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Critically endangered western ringtail possum found trapped and dehydrated in a Main Roads swimming pool

Craig DuncanHarvey-Waroona Reporter
The western ringtail possum is critically endangered
Camera IconThe western ringtail possum is critically endangered Credit: Craig Duncan

A Gelorup resident said she was forced to take matters into her own hands to save a critically endangered possum trapped in an empty swimming pool on Main Roads property.

Main Roads took ownership of a house bordering the construction of the Bunbury Outer Ring Road in mid 2023, and has been vacant since.

Gelorup resident Steph Crowe said she was checking the property for squatters, when she saw a small grey bundle in the bottom of the empty swimming pool.

“It was a trapped western ringtial possum all curled up,” she said.

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“I ran home, got a towel and grabbed her, she was really thin and dehydrated.”

According to Fostering and Wildlife Needing Assistance president Suzanne Strapp this has been a common occurrence in the past months, as the FAWNA team has been inundated with possums suffering from burns and severe dehydration.

“The phone has just run hot,” she said.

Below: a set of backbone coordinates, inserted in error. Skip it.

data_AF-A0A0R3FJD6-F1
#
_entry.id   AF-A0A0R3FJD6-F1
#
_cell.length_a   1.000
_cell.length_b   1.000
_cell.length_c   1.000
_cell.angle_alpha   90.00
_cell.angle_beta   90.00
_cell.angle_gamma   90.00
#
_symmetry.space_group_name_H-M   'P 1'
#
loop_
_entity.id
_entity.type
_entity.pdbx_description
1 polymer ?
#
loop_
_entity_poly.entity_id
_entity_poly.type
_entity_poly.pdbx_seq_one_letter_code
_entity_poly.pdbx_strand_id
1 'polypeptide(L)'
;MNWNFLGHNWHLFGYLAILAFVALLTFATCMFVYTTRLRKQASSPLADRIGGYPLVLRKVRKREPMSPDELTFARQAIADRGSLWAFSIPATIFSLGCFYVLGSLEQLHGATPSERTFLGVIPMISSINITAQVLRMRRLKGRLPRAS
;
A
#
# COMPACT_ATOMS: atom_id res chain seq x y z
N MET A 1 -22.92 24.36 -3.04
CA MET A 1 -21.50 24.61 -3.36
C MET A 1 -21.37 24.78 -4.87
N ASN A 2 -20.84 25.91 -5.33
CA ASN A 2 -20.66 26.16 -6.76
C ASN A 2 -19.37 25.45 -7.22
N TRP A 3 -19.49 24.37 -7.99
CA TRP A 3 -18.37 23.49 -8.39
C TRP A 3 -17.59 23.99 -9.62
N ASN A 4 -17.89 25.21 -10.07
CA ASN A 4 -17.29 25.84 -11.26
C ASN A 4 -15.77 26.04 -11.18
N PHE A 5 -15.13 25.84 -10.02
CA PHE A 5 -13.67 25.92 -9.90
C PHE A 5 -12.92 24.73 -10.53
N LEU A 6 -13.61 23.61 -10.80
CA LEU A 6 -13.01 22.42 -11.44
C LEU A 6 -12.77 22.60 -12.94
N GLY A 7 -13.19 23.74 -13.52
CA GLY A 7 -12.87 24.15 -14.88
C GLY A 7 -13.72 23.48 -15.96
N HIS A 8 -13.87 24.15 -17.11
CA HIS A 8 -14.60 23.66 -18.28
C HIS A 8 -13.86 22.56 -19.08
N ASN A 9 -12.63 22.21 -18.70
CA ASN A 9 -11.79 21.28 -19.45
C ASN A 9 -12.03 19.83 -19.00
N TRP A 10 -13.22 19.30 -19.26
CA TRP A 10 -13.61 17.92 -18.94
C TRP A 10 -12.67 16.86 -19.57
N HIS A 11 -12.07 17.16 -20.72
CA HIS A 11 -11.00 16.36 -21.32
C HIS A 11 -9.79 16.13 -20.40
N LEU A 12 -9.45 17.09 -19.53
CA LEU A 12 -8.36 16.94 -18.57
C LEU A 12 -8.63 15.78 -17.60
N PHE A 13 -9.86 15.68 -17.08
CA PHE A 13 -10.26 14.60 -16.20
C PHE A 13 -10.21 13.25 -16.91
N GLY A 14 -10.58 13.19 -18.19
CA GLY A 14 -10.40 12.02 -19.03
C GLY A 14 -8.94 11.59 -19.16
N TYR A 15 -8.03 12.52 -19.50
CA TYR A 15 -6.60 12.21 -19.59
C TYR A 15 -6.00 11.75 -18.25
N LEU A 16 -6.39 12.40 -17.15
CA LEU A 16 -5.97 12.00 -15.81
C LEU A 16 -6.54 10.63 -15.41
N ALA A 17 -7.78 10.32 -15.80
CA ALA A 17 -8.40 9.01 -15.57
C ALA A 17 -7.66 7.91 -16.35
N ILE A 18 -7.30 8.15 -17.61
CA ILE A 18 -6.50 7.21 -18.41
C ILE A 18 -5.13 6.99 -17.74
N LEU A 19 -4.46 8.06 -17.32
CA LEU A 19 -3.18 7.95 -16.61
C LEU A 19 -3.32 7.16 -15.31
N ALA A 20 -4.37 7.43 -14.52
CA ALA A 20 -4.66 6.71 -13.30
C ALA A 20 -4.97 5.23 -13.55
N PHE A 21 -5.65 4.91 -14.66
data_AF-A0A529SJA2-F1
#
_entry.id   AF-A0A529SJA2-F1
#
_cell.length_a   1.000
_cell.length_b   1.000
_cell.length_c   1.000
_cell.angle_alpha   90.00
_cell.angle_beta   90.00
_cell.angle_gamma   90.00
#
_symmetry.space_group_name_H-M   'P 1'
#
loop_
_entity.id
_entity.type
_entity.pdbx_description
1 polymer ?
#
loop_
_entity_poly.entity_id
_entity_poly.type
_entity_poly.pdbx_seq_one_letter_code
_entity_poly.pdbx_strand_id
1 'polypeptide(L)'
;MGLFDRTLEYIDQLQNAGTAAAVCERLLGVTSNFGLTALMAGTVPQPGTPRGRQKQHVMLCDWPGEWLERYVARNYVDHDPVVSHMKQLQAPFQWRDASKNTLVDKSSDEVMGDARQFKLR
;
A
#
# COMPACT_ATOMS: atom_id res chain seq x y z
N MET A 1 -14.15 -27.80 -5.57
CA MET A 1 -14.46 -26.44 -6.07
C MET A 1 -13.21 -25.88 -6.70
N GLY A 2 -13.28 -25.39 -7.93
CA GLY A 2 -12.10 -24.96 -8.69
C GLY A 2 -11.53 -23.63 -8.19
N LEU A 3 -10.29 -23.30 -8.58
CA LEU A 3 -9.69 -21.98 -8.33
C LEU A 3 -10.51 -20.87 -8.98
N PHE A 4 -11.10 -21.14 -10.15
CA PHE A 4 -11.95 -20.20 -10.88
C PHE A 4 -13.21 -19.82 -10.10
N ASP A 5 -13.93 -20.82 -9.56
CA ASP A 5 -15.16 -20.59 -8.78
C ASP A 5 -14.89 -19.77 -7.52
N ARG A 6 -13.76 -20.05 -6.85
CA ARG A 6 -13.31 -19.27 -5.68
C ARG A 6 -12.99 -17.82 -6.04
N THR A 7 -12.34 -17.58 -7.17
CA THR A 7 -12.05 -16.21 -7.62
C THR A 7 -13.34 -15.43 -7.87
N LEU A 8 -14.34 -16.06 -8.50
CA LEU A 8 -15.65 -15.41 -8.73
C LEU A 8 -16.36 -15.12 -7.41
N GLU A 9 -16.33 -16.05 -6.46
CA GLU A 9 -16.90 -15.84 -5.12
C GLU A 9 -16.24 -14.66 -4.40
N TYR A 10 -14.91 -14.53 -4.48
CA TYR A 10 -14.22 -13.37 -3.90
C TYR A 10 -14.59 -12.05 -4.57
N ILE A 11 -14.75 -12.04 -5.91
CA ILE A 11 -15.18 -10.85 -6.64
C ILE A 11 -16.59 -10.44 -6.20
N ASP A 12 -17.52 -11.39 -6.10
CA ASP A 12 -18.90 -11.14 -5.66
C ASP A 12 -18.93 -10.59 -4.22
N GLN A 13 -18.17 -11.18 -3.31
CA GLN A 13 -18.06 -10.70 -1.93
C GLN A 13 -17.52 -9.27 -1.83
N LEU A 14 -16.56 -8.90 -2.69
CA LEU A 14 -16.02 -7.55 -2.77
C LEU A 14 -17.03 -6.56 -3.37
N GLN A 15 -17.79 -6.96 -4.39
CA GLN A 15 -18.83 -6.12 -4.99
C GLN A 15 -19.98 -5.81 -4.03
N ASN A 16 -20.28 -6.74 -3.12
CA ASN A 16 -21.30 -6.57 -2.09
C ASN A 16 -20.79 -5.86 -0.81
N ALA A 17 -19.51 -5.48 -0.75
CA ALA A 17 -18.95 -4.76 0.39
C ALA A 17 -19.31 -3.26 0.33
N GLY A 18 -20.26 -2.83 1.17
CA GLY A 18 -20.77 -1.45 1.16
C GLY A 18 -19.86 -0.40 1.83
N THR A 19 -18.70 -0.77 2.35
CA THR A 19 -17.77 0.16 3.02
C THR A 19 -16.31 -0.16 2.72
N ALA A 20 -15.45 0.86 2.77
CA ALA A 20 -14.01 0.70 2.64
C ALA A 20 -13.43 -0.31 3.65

“We’ve had 35 animals come into care with burnt paws and dehydration since November, which exceeds last year, and we still have two really hot months to go.”

Ms Strapp said habitat loss and urbanisation was driving possums into dangerous, overcrowded areas.

“It’s terrible, these animals have not only been pushed out of their habitat, but there is such little habitat left for western ringtail possums that there’s often too many in one place,” she said.

Many animals suffered burns from hot metal roofs, were attacked by predators, dogs or cats, or were extremely dehydrated, Ms Strapp said.

“Because it’s so hot, and so sustained, we’re getting possums that are burnt and severely dehydrated, and the likelihood of survival is much less for them, because they go into kidney failure.”

Words such as the ring road project were adding extra stress to already at-risk animals, Ms Strapp said.

A Main Roads spokesperson said the project had plans in place for wildlife within the construction site. Artificial watering stations were installed and maintained for six weeks prior to and during clearing of habitat.

Ms Strapp said their approach has been ill-advised.

“We like to think we’re possum experts,” she said.

“But nobody asked us how you might best look after possums after you knock down their habitat, and now we’re seeing animals in the area searching for water and coming into our care.”

Ms Crowe’s said the possum she rescued was treated and released safely on to her property.

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